Writing Partners: Bridging the Personal and Social in the Service-Learning Classroom

Writing Partners: Bridging the Personal and Social in the Service-Learning Classroom

Sarah Blomeley (Belmont University, USA) and Amy Hodges Hamilton (Belmont University, USA)
Copyright: © 2018 |Pages: 21
DOI: 10.4018/978-1-5225-2900-2.ch012
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This chapter describes and analyzes a writing assignment, an oral history project, developed for a college-level service-learning composition class. In bridging the writer with a single community partner and inviting the pair to jointly compose a memoir, this assignment can create a successful service-learning experience by engaging students and community members in projects that are beneficial and hold important personal, social, and political implications. The chapter also considers how the project, up to this point used successfully in local service communities, might fare in international service learning contexts.
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Belmont University, a private regional comprehensive university in the South, made experiential learning a required part of its general education curriculum in 2005. Students must take two experiential learning (EL) courses at Belmont which

include an out-of-class component that involves the students in “doing” an aspect of the course. These active learning experiences complement the students' in-class learning. Essentially, the experience applies the course of study, giving it greater resonance, while the classroom studies give the students' “doing” greater contextualization” (Belmont University Experiential Learning, n.d.)

Belmont University is not alone in this move toward experiential learning as part of students’ general education requirements, nor are they alone in including service-learning under the “experiential” umbrella. Service-learning programs have grown as a result of national organizations like Campus Compact, American Association of Higher Education, and Council for Adult Experiential Learning. Service-learning in higher education is a powerful way to engage students with the local and global communities in which they live and work, as well as increase their cultural competencies and sense of civic responsibility. Barbara Jacoby (2015) defines service-learning as “a form of experiential education in which students engage in activities that address human and community needs, together with structured opportunities for reflection designed to achieve desired learning outcomes” (p. 2). Its benefits are being noted across college campuses and at academic conferences more each year. Butin (2010) further highlights these benefits:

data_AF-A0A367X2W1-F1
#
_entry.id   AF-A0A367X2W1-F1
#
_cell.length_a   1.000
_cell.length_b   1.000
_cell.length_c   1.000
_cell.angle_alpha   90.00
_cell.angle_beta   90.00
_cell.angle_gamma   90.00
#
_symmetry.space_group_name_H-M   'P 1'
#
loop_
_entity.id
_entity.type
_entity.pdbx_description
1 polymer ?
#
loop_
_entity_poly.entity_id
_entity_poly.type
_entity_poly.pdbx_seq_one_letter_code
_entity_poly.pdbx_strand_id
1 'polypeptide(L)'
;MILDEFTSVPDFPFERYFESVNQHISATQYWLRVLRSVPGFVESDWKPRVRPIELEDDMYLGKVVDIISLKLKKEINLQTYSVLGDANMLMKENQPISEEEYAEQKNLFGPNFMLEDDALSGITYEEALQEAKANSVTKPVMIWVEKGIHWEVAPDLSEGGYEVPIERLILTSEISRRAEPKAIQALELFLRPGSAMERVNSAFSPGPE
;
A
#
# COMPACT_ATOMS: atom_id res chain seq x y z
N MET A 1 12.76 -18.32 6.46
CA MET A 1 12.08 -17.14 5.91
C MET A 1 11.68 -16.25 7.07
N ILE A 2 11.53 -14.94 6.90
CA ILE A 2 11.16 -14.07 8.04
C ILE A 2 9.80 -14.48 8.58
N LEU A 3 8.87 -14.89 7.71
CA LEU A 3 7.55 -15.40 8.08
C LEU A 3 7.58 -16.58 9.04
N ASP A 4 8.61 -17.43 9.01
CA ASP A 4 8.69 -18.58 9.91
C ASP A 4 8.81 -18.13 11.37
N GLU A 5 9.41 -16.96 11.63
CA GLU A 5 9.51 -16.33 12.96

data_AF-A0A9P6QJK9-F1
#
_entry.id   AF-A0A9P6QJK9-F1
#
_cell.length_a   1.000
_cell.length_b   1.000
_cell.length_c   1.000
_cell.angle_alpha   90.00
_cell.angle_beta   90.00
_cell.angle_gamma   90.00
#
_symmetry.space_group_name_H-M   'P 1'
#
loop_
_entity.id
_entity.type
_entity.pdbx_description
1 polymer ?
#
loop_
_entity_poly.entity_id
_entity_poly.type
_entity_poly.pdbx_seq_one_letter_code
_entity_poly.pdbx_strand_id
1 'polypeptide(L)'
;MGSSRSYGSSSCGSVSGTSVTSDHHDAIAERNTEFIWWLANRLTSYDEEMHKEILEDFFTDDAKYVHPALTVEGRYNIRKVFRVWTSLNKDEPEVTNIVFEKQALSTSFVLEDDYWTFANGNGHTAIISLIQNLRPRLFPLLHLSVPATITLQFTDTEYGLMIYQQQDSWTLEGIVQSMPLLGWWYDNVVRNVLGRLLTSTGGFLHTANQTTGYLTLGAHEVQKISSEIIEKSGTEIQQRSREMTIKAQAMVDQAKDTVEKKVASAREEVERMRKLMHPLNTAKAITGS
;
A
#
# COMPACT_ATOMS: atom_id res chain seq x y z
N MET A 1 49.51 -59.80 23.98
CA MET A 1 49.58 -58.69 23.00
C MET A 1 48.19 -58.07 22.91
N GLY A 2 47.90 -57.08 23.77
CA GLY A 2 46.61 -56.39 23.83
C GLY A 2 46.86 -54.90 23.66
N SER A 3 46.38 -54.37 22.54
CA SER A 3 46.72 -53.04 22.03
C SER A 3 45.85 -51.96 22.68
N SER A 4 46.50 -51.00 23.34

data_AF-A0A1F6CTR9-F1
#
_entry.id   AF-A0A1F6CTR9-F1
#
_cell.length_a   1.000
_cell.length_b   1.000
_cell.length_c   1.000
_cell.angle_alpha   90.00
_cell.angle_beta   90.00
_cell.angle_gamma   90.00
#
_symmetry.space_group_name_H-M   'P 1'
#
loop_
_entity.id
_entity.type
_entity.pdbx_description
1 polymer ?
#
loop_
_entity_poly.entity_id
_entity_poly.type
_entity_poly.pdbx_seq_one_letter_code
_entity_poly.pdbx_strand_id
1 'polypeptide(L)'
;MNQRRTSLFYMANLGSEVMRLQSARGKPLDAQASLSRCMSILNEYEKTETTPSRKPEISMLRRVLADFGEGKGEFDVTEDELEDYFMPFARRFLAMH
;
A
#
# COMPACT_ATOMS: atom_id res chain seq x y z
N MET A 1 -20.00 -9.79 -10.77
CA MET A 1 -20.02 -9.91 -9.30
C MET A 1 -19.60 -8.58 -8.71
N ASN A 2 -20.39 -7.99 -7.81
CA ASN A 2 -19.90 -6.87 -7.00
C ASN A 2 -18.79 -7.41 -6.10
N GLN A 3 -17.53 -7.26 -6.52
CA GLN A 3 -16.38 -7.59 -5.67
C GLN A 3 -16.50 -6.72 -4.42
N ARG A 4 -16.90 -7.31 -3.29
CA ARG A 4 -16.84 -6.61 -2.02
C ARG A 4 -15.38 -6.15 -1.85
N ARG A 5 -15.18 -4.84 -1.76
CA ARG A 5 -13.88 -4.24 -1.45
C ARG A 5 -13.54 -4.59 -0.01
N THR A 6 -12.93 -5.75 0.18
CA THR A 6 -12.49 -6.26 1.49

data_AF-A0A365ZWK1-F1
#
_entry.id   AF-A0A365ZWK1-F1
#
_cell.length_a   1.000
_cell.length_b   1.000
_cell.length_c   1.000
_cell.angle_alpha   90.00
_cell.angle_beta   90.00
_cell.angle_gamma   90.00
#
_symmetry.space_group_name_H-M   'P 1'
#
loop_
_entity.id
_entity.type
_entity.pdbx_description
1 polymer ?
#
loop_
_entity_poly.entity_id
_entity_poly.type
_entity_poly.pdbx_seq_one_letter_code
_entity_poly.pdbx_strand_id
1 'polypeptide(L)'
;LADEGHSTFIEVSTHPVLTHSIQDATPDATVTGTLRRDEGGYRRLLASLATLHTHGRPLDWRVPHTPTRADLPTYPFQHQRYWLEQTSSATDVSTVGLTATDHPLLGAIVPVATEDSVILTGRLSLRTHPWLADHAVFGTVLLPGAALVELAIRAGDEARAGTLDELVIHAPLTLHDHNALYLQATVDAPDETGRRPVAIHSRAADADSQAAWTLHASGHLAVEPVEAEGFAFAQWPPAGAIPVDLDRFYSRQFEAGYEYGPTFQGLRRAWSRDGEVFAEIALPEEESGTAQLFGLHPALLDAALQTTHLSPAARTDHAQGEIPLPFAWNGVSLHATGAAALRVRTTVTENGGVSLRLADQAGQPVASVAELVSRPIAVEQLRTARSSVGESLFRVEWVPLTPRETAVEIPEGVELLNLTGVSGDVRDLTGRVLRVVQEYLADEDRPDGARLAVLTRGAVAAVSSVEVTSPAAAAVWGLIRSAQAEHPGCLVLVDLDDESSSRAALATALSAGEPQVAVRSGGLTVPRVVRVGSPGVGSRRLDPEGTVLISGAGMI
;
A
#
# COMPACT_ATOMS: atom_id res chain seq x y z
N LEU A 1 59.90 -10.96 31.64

Service learning advocates point to research demonstrating that service-learning enhances student outcomes (cognitive, affective, and ethical), fosters a more active citizenry, promotes a “scholarship of engagement” among teachers and institutions, supports a more equitable society and connects colleges and universities with their local and regional communities. (p. 3)

As service-learning programs continue to grow and develop, Eby (1998) and others note that service-learning practitioners are in need of robust, vibrant examples of successful service-learning assignments if they are to evolve beyond programmatic and logistical concerns. This chapter offers one such assignment--an oral history project assignment developed for a college-level writing class, which is adaptable to a variety of grade levels and individual contexts. In this assignment, student writers are linked with community partners, and together they either compose joint memoirs centered around a common theme (such as family, loss, or addiction), or they collaborate to produce an oral history of the community partner’s life. This project has been implemented successfully in an upper-division college course for English majors, but it could be easily adapted for general education writing, humanities, or social science courses; study abroad courses; or high school writing courses. In bridging the writer with a community partner through a long-term writing project, this assignment can create a successful service-learning experience by engaging students and community members in projects that are mutually beneficial: the students receive valuable experience in a real-world writing context and develops a deeper understanding of their community through interactions with the writing partner, while the writing partner receives a polished piece of life writing and an opportunity to tell a story that may not otherwise be heard by a wider audience. It can, in other words, invite the writing partners to empathetically engage with each other as they collaborate.

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